- Two people in the China-Mongolia border have been diagnosed with pneumonic plague
- Pneumonic plague is caused by the bacteria Yersinia pestis – the same bacterium that caused the Black Plague in 14th century Europe
- Pneumonic plague is virulent and damaging and can kill in 24 hours
Authorities report that two new cases of pneumonic plague have been confirmed in northern China. The news comes after two other cases near the China-Mongolia border died o bubonic plague six months prior.
The patients, who both live in the Inner Mongolia Autonomous Region, are being treated in Beijing. Authorities have implemented preventive measures in the area. According to Fabio Scano of WHO China, “The [Chinese] National Health Commission are implementing efforts to contain and treat the identified cases and increasing surveillance“.
The two patients were residents of Sonid Left Banner in Northern China
The plague is caused by the bacterium Yersinia pestis and transmitted to humans through flea bites and infected animals. It has three forms – pneumonic, septicemic, and bubonic. The pneumonic form, which affects the lungs, can be spread through coughing, spitting, or sneezing. It is highly virulent and damaging and can kill a person in 24 hours. Septicemic plague, on the other hand, infects the blood. Perhaps the most notorious form, the bubonic plague, affects the lymph nodes.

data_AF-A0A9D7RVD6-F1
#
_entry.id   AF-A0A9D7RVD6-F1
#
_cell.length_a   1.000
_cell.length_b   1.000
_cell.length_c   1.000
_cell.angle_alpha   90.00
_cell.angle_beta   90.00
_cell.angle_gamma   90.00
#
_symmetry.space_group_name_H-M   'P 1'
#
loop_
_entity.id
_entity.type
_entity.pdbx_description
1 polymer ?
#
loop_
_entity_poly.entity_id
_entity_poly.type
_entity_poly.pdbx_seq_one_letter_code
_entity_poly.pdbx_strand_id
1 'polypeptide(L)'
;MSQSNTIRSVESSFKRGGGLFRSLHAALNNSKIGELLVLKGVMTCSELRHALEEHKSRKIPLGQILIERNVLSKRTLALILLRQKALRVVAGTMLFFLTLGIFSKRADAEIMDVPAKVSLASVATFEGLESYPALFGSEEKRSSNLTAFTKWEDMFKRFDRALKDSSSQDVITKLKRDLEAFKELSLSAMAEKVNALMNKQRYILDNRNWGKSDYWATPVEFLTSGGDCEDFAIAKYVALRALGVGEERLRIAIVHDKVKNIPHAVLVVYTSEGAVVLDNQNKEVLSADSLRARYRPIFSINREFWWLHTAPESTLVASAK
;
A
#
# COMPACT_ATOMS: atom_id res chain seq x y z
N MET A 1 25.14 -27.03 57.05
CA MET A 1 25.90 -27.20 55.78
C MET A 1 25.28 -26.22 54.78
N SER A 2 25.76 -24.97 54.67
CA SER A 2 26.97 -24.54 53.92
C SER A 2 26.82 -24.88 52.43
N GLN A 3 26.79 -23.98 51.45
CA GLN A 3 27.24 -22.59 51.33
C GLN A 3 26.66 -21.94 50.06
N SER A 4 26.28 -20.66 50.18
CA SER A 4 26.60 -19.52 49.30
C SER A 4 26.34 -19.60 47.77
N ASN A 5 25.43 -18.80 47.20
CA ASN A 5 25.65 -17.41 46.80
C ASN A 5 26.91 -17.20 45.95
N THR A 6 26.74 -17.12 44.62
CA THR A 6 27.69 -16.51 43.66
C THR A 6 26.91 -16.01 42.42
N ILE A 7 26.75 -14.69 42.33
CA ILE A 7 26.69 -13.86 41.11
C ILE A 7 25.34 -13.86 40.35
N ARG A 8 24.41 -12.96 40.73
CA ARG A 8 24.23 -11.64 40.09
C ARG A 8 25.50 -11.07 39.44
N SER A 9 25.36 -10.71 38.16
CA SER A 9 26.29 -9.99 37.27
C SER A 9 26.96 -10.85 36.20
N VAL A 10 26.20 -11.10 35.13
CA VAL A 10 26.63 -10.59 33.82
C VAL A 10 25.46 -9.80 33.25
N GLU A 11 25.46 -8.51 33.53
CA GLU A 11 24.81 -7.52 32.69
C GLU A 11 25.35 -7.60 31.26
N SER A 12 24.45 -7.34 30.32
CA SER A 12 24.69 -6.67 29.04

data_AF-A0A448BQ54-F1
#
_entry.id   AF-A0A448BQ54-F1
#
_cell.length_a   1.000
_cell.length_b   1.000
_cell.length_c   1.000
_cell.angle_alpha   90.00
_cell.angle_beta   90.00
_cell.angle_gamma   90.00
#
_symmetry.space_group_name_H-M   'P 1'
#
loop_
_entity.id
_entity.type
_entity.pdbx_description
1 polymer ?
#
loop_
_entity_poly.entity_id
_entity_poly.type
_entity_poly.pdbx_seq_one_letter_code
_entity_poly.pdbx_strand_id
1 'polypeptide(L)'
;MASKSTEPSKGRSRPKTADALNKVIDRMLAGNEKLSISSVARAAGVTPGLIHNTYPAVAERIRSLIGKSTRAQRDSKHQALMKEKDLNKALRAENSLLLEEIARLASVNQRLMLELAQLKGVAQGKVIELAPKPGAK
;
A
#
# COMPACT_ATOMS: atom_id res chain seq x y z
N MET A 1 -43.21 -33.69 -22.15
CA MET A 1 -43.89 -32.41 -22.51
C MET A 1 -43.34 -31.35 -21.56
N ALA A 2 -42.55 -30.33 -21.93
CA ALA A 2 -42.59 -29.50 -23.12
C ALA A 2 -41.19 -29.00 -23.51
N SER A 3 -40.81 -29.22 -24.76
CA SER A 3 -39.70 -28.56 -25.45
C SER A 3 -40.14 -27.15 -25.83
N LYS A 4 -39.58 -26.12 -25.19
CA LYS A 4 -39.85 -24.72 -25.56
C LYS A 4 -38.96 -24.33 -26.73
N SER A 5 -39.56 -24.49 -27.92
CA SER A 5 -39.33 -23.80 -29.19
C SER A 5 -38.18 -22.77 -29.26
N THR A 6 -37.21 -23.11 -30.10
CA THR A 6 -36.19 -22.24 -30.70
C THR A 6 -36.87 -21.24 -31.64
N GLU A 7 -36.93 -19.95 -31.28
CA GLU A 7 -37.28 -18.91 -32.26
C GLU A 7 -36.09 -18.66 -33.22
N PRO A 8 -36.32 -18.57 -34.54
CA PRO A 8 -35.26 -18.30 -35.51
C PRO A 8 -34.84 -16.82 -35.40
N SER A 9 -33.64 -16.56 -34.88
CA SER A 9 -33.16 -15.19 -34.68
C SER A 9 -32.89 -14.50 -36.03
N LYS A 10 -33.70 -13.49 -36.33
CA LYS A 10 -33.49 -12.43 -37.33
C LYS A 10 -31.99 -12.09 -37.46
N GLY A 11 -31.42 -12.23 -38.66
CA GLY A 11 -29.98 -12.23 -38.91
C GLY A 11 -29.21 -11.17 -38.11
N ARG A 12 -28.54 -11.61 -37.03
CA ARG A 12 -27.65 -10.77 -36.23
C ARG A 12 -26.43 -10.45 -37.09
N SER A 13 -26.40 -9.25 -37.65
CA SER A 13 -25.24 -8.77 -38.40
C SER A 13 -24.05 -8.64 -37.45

The bubonic plague caused several pandemics throughout the course of human history, with the Black Plague being the most popular, having killed up to 60% of the European population. Currently, no vaccine against the plague is available, but antibiotics can counter complications and prevent death if administered immediately.
The World Health Organization has classified the plague as a re-emerging disease, with close to 50,000 cases recorded globally in the past 20 years. In 2014, the Chinese city of Yumen was affected by the plague after a man was reported to have died due to the disease while in 2017, an outbreak of plague was declared in Madagascar.
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